The NY Times (via Liz) has a bit of low comedy in today's Media and Advertising section. In the article, the paper points out a political matrix we've never seen in our thirty years of observing the NY scene-a connection between Howard Rubinstein and the public interest. It seems that Mr. No Conflict of Interest Rubenstein was the broker who brought all of the publishers together, riding the caboose on the Bloomberg extension Metroliner.
Here's Old Reliable himself on just why he went out of his way to help out: "“The only thing that my clients have been talking about for the past few weeks is the fiscal dilemma that this city is facing,” said Mr. Rubenstein, the public relations mogul who helped broker a deal in 1975 involving Abraham D. Beame, then mayor of the city, and Governor Hugh L. Carey back when the feds told the city to more or less drop dead. “I did step up because I want to see the city survive and prosper,” Mr. Rubenstein said, “and I think we all agree that he is the person who we would like to see leading us through this crisis.”
The key phrase in the Rubenstein quote is, "I think we all agree..." Reminiscent of Pauline Kael's remark when she found out that Eisenhower had beaten Stevenson ("How could that be? All my friends voted for Stevenson?-or maybe it was McGovern?). In any case, the HR quote clearly underscores just how much this Bloomberg gambit is about special interests-and how these interests conceive of their own aggrandizement as being good for us all.
Les Payne highlights this in today's Newsday-likening Bloomberg to Papa Doc of Haiti: "Papa Doc Bloomberg, Mayor for Life. To hell with this being a nation governed by laws and not men. Shred the City Charter. Scrap the voters' referendum. Ignore the will of the people. Forget even the mayor's own past refusal to extend his reign. The Great Man has placed himself above the law with his billions to back it up."
This is beginning to frighten us when we're on the same page as Payne. But you begin to get the picture when all of the newspapers are spouting the single party line. As the Times story underscores, it's a compelling example of one lying, while the others swear to it:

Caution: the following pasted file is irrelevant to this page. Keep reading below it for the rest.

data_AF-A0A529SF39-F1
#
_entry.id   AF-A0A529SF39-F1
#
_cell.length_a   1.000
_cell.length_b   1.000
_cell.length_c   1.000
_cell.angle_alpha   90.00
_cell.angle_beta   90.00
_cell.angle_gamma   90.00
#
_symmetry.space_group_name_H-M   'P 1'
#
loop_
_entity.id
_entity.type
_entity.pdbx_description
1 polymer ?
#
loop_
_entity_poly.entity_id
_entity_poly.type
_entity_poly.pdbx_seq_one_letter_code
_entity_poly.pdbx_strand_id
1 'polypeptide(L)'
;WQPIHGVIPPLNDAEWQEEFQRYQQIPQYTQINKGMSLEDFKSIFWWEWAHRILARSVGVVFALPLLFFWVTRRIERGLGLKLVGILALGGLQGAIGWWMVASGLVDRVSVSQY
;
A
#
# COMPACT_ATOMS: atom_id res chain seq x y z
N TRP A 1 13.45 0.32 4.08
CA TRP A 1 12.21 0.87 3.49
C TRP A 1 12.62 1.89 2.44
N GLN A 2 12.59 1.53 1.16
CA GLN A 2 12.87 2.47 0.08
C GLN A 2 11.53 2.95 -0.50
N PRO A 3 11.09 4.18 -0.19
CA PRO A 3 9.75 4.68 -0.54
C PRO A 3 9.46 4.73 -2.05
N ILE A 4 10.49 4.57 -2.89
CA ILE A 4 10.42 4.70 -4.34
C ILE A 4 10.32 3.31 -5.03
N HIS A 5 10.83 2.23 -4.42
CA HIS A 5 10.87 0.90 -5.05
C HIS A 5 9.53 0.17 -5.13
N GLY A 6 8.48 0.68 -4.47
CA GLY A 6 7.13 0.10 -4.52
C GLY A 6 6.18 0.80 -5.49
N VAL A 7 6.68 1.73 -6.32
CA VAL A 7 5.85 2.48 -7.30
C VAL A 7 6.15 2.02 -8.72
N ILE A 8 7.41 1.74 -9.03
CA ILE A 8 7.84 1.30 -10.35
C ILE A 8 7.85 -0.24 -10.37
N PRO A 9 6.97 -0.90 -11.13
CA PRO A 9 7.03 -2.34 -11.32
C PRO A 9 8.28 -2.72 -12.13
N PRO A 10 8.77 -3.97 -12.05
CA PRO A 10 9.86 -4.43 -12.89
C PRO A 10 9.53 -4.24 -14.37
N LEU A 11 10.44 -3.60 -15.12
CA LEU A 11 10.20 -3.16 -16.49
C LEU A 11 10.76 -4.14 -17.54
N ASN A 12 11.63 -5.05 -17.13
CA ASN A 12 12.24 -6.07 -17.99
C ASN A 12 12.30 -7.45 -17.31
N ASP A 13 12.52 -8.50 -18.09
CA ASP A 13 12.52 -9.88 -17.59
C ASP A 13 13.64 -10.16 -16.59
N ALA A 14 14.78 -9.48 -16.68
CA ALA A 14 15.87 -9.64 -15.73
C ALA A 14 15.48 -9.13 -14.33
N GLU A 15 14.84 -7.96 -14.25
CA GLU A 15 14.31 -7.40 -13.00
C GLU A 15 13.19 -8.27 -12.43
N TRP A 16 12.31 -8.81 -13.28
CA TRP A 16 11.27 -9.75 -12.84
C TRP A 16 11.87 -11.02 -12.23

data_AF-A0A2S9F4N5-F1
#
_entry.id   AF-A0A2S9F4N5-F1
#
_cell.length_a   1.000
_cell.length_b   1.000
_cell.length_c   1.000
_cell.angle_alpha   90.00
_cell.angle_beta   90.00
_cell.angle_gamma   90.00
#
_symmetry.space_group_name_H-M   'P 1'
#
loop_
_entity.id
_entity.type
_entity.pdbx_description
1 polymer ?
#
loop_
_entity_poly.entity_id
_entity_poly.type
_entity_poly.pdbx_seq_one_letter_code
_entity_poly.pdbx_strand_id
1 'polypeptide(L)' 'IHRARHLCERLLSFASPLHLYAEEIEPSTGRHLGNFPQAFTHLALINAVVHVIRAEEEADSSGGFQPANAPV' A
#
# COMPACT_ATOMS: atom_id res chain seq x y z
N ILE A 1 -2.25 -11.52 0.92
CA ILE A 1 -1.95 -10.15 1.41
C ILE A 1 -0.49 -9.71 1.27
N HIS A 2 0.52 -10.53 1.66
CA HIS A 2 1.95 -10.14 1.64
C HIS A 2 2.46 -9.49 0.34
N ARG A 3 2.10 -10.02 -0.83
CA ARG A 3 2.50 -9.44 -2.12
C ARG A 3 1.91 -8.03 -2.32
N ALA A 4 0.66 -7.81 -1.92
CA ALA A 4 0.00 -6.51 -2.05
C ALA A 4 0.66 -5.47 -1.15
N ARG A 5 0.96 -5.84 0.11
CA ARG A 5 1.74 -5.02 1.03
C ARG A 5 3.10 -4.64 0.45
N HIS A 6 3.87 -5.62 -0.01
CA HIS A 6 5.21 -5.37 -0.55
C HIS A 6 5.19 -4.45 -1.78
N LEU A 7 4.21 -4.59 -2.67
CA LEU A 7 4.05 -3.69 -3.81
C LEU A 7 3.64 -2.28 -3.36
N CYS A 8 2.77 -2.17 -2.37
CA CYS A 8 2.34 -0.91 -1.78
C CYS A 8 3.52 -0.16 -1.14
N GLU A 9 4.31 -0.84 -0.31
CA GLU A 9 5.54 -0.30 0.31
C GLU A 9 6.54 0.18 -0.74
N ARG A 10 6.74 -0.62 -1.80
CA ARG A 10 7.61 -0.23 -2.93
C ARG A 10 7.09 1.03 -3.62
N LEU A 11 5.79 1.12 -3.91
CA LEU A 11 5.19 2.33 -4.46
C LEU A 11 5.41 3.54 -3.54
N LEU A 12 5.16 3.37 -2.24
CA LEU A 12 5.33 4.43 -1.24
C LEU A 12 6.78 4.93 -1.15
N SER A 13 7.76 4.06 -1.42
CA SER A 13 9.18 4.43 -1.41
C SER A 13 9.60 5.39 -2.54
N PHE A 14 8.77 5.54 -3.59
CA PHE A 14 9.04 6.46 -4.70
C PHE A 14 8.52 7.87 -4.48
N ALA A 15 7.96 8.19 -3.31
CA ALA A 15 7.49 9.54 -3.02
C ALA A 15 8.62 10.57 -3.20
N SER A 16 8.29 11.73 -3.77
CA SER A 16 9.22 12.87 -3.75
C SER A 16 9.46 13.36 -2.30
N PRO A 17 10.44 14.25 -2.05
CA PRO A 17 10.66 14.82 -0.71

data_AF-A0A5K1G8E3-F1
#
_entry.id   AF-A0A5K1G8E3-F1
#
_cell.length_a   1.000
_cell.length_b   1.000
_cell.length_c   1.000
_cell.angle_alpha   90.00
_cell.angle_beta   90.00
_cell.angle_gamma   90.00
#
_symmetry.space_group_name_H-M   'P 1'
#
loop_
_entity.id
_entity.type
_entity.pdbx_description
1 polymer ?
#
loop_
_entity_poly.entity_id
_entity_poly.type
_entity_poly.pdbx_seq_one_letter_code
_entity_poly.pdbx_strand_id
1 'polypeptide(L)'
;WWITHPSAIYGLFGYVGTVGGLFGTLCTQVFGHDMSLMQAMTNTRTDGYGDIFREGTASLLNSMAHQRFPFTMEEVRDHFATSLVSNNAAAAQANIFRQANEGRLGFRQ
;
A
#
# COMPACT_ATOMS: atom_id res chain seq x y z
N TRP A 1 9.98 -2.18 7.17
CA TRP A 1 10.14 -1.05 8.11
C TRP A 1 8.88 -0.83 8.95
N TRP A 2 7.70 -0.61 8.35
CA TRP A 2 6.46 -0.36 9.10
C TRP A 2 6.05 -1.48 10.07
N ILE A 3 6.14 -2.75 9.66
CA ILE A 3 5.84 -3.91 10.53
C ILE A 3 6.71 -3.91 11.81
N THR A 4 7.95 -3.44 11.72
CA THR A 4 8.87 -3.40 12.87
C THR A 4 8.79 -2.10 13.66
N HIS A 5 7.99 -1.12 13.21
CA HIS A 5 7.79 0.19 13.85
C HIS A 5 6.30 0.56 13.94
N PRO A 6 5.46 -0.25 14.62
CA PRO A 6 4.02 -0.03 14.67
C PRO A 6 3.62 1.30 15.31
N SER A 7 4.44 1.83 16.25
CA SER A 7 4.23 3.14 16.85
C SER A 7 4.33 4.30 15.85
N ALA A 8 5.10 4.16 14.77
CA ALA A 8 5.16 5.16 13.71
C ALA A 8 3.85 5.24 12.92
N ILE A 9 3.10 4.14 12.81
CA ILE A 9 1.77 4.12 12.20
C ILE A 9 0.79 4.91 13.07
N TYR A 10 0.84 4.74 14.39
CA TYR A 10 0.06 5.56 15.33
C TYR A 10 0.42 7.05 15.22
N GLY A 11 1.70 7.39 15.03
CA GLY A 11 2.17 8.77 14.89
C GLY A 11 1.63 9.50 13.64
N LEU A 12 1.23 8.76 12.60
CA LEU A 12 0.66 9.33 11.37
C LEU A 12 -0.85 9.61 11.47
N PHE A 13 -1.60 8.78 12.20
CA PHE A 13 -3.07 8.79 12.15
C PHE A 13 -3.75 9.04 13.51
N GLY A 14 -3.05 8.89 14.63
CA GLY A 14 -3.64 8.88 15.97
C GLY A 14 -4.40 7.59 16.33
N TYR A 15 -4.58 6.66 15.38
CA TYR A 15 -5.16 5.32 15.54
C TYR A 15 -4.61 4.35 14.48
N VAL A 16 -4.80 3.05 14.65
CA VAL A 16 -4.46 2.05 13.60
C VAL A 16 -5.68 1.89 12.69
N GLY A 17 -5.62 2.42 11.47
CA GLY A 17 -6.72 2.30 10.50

"It is no coincidence that Mr. Bloomberg cited voices from the city’s opinion leaders. With a fiscal crisis at hand, the business leaders of New York has already held a private referendum and decided who the next mayor should be. So in spite of his rather breathtaking grab for another term, there will be no opprobrium forthcoming from the editorial pages of the city’s newspapers.
Before Mr. Bloomberg took this controversial step — remember when Rudolph W. Giuliani got clobbered for seeking three more months in office after Sept. 11? — he made the rounds and locked up the support of the editorial pages of The New York Post, The New York Times and The Daily News, three city newspapers not known for moving in lock step."
There's a big difference, apparently, between the contentious former mayor and an esteemed member of the Billionaire Boys Club. Here's how loyal, club member Zuckerman was: "The Daily News had to do something of a backflip, having frantically opposed any effort to change limits."
And, as the Times points out, this was clearly a special interest backroom deal: "It was a gambit that would not have been out of place in the 1970s — or the 1870s, for that matter. This being a Bloomberg administration, there were no smoke-filled rooms, but there was definitely the sense that issues of civic moment were being handled in private environs." And now, as the City Council prepares to act, comes the good part-the actions of the rubber stamp.